People Will Eat Way More Veggies If They Aren’t Sold As Healthy

The same exact vegetables, described four ways in Stanford University's cafeteria, led to very different results

Who's up for some steam-kissed, lemon-glazed broccoli? — Jack Taylor/Getty Images
Jun 12, 2017 at 3:37 PM ET

With the unwitting help of university students and faculty, Stanford University researchers performed a nifty psychology experiment involving cafeteria food — and it showed that vegetables might need a marketing reboot.

Throughout the fall semester of 2016, the university’s lunch menu prominently displayed a different vegetable item in one of four ways. An item was either given a plain description (“beets”), a healthy, if boring label (“reduced-sodium corn”), a more upbeat but still diet-conscious label (“wholesome bok choy and mushrooms”), and a jazzed-up, Mad Men-inspired moniker (“slow-roasted caramelized zucchini bite”). Regardless of the label, though, the veggies were prepared and served the exact same way each day, the researchers said in a study published Monday in JAMA Internal Medicine,

All told, around 29 percent of the 27,000 or so cafeteria diners that semester ate the selected veggie. But not only were they more likely to eat it on days when the label was gussied up, they also gobbled up more when they did. Compared to the healthy, restrictive label, which generally performed the worst, for instance, 41 percent more people went for the colorfully-named vegetable, and they packed 33 percent more of it onto their plate.

They weren’t able to directly see how much of the veggie each individual diner actually ate, but most research has found that people nearly always finish their plates.

The findings, according to the researchers, are only the latest to reflect an unfortunate trend of health-aware marketing — we usually avoid those sorts of foods like the plague, presuming they’ll taste horrible and leave us unsatisfied. A 2011 study even found the labels on a milkshake can subconsciously influence our release of hormones that regulate hunger, regardless of how many calories it actually contains.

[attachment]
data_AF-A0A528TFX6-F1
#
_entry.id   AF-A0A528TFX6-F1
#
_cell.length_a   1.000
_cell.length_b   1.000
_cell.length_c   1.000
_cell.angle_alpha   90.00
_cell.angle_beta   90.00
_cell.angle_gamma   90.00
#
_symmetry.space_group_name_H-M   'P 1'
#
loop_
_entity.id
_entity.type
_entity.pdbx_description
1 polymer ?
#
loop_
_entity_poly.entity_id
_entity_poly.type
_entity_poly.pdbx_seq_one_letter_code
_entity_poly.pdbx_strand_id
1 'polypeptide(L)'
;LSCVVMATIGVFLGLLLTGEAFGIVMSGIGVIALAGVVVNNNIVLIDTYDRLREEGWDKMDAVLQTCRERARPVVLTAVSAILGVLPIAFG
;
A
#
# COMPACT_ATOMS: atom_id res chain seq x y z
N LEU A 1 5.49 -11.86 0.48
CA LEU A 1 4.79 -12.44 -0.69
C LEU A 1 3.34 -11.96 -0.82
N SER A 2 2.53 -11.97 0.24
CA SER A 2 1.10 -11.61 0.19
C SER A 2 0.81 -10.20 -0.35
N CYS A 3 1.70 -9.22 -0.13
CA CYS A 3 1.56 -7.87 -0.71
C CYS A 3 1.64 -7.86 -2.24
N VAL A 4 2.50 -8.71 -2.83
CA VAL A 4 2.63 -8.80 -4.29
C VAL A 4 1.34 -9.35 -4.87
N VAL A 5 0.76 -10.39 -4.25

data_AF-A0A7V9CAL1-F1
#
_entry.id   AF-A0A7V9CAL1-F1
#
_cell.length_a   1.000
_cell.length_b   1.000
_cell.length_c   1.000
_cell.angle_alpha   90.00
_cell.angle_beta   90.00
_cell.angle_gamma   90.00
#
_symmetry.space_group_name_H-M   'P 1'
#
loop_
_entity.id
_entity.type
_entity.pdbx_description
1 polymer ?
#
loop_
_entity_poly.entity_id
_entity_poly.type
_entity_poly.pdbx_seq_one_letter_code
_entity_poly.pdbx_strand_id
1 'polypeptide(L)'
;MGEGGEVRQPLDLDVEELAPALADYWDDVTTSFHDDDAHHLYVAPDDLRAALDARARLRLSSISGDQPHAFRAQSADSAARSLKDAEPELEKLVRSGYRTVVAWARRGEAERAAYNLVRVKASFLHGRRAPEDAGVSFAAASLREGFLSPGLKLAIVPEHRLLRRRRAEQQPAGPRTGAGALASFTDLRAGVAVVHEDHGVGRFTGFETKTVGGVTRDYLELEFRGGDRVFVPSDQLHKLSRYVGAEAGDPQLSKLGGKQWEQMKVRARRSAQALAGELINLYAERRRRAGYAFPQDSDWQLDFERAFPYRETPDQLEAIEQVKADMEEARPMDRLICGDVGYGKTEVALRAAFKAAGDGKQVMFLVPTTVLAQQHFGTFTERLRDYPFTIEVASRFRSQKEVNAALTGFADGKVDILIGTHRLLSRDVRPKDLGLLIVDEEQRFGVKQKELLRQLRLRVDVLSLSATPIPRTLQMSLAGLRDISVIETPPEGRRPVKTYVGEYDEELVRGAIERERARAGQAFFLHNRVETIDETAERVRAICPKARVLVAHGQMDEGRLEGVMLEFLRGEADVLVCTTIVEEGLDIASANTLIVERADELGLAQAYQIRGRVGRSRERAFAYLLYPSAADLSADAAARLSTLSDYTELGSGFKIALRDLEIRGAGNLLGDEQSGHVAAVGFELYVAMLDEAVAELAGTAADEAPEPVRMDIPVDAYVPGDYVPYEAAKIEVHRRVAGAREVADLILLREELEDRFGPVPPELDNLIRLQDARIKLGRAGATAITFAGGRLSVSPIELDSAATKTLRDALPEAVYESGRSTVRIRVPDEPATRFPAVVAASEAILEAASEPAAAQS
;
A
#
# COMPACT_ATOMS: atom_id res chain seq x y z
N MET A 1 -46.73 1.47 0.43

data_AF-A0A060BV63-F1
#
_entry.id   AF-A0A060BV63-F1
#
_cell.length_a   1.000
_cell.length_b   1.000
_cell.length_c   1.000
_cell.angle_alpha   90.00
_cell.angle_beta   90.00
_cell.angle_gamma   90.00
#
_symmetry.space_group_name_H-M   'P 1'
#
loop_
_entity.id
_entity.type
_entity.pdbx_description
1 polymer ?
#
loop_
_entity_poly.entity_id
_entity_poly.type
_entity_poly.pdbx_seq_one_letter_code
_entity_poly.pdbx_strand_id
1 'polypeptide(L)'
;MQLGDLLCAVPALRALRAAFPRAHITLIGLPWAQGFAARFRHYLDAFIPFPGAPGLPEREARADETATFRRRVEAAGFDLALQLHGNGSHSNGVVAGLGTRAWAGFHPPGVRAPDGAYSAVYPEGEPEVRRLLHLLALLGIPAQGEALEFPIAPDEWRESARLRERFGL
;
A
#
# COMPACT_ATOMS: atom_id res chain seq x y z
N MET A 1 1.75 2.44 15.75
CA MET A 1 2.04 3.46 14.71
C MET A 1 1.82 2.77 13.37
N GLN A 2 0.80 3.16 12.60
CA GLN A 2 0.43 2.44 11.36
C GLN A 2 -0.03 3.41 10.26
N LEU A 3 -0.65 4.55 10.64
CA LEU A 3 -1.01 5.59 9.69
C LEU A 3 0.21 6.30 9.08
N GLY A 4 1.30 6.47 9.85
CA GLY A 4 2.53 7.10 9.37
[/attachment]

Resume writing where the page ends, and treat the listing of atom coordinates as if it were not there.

On the plus side, the study also indicates we may have just been promoting healthy food the wrong way.

“These results challenge existing solutions that aim to promote healthy eating by highlighting health properties or benefits and extend previous research that used other creative labeling strategies, such as using superhero characters, to promote vegetable consumption in children,” the authors wrote.

While they note that such a strategy would take little extra effort to implement in cafeterias, restaurants, and on product labels elsewhere, there should be some considered pause before taking these findings as gospel.

The science of how food-labeling affects our eating choices is in a midst of a full-blown crisis. One of the foremost research centers in the field, the Food and Brand Lab at Cornell University, has gone under a lot of scrutiny this year for publishing research suspected to be rife with statistical mistakes, inconsistencies, and possibly even ethical violations. And at least one of its studies has been retracted from publication.

None of that heat, it seems, has anything to do with this current study, but it’s an important reminder that no single piece of research should have the final word, at least not without plenty of other research that backs up its conclusions.